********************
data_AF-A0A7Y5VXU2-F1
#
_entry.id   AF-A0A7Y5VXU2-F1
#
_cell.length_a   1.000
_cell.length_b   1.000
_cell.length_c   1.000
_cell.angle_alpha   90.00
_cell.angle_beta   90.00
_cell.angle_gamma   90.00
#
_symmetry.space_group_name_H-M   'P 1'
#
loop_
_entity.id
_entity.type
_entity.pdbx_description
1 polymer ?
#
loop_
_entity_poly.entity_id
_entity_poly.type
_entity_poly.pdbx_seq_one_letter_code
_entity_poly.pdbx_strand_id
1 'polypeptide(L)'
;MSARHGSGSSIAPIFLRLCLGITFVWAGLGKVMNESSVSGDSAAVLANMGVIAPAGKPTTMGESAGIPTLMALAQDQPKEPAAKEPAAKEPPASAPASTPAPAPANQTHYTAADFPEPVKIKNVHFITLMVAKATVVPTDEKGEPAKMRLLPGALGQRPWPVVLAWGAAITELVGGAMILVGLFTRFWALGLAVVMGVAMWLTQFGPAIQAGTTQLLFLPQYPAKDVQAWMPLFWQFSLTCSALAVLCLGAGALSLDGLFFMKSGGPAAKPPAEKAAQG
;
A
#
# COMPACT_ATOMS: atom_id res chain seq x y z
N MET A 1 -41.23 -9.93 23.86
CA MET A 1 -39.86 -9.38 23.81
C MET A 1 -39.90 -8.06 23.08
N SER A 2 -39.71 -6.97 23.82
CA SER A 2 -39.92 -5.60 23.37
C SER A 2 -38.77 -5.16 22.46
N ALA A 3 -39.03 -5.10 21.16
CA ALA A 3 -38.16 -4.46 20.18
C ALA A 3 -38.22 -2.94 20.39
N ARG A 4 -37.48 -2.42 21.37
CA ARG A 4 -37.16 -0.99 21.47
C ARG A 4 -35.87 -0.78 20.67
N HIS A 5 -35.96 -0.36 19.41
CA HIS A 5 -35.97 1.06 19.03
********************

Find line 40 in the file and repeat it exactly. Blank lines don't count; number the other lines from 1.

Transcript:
N ARG A 4 -37.48 -2.42 21.37